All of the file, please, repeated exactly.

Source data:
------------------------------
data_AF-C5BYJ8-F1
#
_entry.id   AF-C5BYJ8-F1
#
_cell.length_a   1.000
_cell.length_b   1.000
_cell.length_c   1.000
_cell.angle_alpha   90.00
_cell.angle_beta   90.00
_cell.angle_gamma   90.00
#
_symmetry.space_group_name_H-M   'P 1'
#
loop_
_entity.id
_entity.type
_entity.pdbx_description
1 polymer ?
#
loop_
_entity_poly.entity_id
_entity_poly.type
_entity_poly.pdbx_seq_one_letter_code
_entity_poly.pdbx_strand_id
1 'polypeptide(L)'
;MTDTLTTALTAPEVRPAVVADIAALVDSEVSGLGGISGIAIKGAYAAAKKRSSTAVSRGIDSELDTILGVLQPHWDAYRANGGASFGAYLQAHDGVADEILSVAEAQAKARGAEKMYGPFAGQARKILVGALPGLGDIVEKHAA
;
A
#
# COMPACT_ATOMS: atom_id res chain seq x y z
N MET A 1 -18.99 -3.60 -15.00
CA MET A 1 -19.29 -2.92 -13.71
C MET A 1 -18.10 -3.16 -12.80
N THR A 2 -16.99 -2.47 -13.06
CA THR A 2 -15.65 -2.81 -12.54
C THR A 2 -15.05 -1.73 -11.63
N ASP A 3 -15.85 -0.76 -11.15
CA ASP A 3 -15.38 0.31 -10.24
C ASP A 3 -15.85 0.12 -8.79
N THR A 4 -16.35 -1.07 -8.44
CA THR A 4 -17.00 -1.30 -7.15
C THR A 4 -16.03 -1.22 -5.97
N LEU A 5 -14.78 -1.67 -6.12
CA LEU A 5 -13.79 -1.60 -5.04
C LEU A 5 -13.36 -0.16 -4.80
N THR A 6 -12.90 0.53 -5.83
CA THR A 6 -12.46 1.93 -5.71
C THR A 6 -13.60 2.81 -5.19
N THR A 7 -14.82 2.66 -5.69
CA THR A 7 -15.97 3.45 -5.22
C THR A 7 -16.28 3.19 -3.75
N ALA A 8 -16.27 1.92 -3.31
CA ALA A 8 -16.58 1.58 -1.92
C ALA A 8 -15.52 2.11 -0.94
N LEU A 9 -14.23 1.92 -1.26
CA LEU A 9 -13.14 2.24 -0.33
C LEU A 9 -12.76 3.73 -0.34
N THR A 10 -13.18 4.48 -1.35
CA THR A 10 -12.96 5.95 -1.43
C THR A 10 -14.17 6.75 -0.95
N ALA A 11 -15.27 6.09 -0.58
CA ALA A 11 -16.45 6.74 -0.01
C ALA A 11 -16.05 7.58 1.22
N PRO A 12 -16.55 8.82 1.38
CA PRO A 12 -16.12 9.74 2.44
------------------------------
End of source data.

data_AF-C5BYJ8-F1
#
_entry.id   AF-C5BYJ8-F1
#
_cell.length_a   1.000
_cell.length_b   1.000
_cell.length_c   1.000
_cell.angle_alpha   90.00
_cell.angle_beta   90.00
_cell.angle_gamma   90.00
#
_symmetry.space_group_name_H-M   'P 1'
#
loop_
_entity.id
_entity.type
_entity.pdbx_description
1 polymer ?
#
loop_
_entity_poly.entity_id
_entity_poly.type
_entity_poly.pdbx_seq_one_letter_code
_entity_poly.pdbx_strand_id
1 'polypeptide(L)'
;MTDTLTTALTAPEVRPAVVADIAALVDSEVSGLGGISGIAIKGAYAAAKKRSSTAVSRGIDSELDTILGVLQPHWDAYRANGGASFGAYLQAHDGVADEILSVAEAQAKARGAEKMYGPFAGQARKILVGALPGLGDIVEKHAA
;
A
#
# COMPACT_ATOMS: atom_id res chain seq x y z
N MET A 1 -18.99 -3.60 -15.00
CA MET A 1 -19.29 -2.92 -13.71
C MET A 1 -18.10 -3.16 -12.80
N THR A 2 -16.99 -2.47 -13.06
CA THR A 2 -15.65 -2.81 -12.54
C THR A 2 -15.05 -1.73 -11.63
N ASP A 3 -15.85 -0.76 -11.15
CA ASP A 3 -15.38 0.31 -10.24
C ASP A 3 -15.85 0.12 -8.79
N THR A 4 -16.35 -1.07 -8.44
CA THR A 4 -17.00 -1.30 -7.15
C THR A 4 -16.03 -1.22 -5.97
N LEU A 5 -14.78 -1.67 -6.12
CA LEU A 5 -13.79 -1.60 -5.04
C LEU A 5 -13.36 -0.16 -4.80
N THR A 6 -12.90 0.53 -5.83
CA THR A 6 -12.46 1.93 -5.71
C THR A 6 -13.60 2.81 -5.19
N THR A 7 -14.82 2.66 -5.69
CA THR A 7 -15.97 3.45 -5.22
C THR A 7 -16.28 3.19 -3.75
N ALA A 8 -16.27 1.92 -3.31
CA ALA A 8 -16.58 1.58 -1.92
C ALA A 8 -15.52 2.11 -0.94
N LEU A 9 -14.23 1.92 -1.26
CA LEU A 9 -13.14 2.24 -0.33
C LEU A 9 -12.76 3.73 -0.34
N THR A 10 -13.18 4.48 -1.35
CA THR A 10 -12.96 5.95 -1.43
C THR A 10 -14.17 6.75 -0.95
N ALA A 11 -15.27 6.09 -0.58
CA ALA A 11 -16.45 6.74 -0.01
C ALA A 11 -16.05 7.58 1.22
N PRO A 12 -16.55 8.82 1.38
CA PRO A 12 -16.12 9.74 2.44